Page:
Messina

Historical Notes

Messina was originally called Zancle by the Greeks, because of the shape of its natural harbour. A comune of its Metropolitan City was located at the southern entrance of the Strait of Messina, today called ‘Scaletta Zanclea’. In the early 5th century BC, Anaxilas of Rhegium renamed it Messene in honour of the Greek city Messene. In 1783, an earthquake devastated much of the city, and it took decades to rebuild and rekindle the cultural life of Messina. One of the main figures of the unification of Italy, Giuseppe Mazzini, was elected deputy at Messina in the general elections of 1866. The city was almost entirely destroyed by an earthquake and associated tsunami on the morning of 28 December 1908, killing about 100,000 people and destroying most of the ancient architecture. The city was largely rebuilt in the following year. In June 1955, Messina was the location of the Messina Conference of Western European foreign ministers which led to the creation of the European Economic Community. Messina has a subtropical mediterranean climate with long, hot summers with low diurnal temperature variation with consistent dry weather. In winter, Messina is rather wet and mild.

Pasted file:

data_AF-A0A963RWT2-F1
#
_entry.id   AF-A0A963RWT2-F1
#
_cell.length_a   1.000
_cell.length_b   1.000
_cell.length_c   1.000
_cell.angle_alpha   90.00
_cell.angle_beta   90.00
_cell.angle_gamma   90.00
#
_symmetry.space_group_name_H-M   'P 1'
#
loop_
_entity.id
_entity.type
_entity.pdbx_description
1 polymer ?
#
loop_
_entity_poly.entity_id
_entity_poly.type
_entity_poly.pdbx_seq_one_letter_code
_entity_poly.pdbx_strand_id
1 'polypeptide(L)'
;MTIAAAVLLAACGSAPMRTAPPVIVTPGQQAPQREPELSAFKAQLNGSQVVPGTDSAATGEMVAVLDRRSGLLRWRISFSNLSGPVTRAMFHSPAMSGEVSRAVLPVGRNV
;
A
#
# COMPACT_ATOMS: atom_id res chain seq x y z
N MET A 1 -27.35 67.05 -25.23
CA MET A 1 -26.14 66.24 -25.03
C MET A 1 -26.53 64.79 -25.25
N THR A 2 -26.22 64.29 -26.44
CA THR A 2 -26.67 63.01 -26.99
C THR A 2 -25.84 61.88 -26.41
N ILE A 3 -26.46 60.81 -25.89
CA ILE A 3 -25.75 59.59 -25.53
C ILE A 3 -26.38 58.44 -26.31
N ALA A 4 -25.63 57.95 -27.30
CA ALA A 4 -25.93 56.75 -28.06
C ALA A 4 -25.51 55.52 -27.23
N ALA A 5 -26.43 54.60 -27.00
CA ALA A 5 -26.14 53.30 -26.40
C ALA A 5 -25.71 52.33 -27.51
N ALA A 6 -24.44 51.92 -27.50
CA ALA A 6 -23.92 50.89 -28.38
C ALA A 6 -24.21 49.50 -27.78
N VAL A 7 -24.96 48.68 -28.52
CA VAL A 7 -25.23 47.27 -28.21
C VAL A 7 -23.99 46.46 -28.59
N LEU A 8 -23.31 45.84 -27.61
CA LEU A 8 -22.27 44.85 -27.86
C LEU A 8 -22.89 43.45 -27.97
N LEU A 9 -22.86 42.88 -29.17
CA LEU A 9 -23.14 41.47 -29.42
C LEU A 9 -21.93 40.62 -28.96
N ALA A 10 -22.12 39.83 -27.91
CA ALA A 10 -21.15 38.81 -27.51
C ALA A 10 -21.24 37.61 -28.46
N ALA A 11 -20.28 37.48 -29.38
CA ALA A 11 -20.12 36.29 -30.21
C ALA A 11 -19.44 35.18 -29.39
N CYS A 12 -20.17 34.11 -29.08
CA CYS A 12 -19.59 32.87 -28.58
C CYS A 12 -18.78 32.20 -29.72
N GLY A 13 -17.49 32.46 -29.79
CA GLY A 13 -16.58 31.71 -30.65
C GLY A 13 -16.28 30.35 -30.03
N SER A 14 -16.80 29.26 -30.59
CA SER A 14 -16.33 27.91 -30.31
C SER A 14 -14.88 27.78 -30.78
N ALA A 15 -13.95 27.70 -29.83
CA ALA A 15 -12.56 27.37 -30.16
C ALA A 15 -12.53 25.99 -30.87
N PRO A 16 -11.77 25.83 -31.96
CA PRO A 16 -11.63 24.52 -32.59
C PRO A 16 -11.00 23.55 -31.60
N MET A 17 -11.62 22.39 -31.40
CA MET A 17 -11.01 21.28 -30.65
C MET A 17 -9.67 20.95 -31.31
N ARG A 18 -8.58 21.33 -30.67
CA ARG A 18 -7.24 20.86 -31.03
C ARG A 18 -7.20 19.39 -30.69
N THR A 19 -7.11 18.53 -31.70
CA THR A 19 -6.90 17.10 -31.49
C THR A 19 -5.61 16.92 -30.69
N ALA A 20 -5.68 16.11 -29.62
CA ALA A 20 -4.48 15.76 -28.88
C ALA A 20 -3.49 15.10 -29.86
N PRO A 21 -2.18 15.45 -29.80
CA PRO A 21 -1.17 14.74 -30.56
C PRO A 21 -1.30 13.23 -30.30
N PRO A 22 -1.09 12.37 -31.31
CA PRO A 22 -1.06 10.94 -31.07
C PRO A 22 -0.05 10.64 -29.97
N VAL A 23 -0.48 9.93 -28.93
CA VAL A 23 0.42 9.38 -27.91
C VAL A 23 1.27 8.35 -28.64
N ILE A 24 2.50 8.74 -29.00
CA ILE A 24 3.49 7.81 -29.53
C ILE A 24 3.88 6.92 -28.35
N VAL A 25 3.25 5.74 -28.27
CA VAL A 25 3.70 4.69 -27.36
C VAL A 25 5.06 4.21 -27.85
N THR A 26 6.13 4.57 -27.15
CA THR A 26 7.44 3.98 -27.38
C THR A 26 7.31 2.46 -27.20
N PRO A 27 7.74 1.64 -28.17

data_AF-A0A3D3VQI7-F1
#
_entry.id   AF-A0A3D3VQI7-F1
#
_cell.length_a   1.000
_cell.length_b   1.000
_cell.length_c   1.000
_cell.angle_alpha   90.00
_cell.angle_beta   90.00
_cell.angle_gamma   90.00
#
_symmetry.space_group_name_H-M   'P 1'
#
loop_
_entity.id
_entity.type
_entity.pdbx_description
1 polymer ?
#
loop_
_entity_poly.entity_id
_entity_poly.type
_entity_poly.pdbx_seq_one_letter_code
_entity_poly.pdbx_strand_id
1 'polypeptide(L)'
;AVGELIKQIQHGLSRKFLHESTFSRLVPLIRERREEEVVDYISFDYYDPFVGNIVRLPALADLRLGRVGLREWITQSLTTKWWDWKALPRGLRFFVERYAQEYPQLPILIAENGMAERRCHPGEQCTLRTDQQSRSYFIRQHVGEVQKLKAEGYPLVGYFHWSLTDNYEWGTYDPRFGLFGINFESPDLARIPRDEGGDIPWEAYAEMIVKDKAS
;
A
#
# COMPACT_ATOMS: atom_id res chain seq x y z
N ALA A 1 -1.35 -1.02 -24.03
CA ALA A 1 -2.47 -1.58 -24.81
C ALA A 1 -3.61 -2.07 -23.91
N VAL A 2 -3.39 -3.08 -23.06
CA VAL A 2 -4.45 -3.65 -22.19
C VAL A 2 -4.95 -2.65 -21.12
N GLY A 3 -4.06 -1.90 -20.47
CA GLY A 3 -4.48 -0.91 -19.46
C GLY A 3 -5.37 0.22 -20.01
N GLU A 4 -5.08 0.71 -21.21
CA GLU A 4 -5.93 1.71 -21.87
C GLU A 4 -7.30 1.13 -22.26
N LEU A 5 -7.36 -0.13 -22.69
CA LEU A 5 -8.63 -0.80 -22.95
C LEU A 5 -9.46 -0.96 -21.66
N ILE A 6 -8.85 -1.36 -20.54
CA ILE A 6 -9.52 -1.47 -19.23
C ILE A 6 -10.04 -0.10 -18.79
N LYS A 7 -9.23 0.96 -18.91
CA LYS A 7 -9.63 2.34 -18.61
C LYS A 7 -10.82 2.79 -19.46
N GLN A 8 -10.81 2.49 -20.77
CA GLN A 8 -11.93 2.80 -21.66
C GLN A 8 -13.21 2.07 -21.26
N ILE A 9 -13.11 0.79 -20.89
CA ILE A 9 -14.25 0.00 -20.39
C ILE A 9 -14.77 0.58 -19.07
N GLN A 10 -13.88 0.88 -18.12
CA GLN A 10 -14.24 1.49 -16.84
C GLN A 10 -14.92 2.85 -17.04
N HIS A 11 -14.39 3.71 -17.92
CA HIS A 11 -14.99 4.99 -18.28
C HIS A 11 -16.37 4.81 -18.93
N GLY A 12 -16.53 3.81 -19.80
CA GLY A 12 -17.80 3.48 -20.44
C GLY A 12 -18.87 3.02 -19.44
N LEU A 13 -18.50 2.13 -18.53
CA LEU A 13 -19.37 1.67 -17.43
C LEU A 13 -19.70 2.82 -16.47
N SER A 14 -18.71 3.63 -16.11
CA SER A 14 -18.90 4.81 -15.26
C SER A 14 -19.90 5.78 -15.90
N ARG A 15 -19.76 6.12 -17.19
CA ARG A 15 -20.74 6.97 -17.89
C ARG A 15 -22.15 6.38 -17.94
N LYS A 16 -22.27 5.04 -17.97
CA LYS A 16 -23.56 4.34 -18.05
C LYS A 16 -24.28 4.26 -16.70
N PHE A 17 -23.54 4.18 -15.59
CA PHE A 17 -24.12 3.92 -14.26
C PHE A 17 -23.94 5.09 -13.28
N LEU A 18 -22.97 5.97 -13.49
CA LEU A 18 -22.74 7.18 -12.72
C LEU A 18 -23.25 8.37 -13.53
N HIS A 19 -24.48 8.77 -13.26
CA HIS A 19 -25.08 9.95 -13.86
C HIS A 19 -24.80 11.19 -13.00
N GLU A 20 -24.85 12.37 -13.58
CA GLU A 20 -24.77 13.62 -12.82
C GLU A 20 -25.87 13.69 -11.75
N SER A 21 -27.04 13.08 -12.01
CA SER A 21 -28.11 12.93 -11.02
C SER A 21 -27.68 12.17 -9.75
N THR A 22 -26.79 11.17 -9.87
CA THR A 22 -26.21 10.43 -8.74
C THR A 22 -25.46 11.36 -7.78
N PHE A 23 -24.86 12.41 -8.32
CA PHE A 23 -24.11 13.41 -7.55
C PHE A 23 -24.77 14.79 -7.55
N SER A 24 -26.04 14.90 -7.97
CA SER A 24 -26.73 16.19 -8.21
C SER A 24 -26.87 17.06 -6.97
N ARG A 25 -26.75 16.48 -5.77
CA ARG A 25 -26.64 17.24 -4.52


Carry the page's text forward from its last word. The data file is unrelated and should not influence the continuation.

Today Messina is the third largest city in Sicily, it is really important for the tourism of the island and represents the “bridge” with the Italian peninsula.

As the whole Sicily it represents a well mix of all the countries and cultures that occupied the island as Greeks, Goths, Arabs, Normans and Spanish.

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What to see

  • The Fountain of Orion, a monumental civic sculpture located next to the Cathedral, built in 1547 by Giovanni Angelo Montorsoli, student of Michelangelo, with a Neoplatonic-alchemical program. It was considered by art historian Bernard Berenson “the most beautiful fountain of the sixteenth century in Europe”.
  • The Fountain of Neptune, looking towards the harbour, built by Montorsoli in 1557.
  • The Senatory Fountain, built in 1619.
  • The Four Fountains, though only two elements of the four-cornered complex survive today.
  • The Cathedral, dating from the Norman period, containing the remains of King Conrad, ruler of Germany and Sicily in the 13th century.
  • The Sanctuary of Santa Maria del Carmelo (near the Courthouse), built in 1931.
  • The Sanctuary of Montevergine.
  • The Church of the Santissima Annunziata dei Catalani. Dating from the late Norman period, it was transformed in the 13th century when the nave was shortened and the façade added.
  • The Botanical Garden Pietro Castelli of the University of Messina.
  • The Forte del Santissimo Salvatore, a 16th-century fort in the Port of Messina.
  • The Forte Gonzaga, a 16th-century fort overlooking Messina.
  • The Porta Grazia a fortress still existing in the harbour.
  • The San Ranieri lighthouse.

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    Gianluca’s Phone +30/698 0225751

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    info@medshoretours.com

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    Alimos 17455
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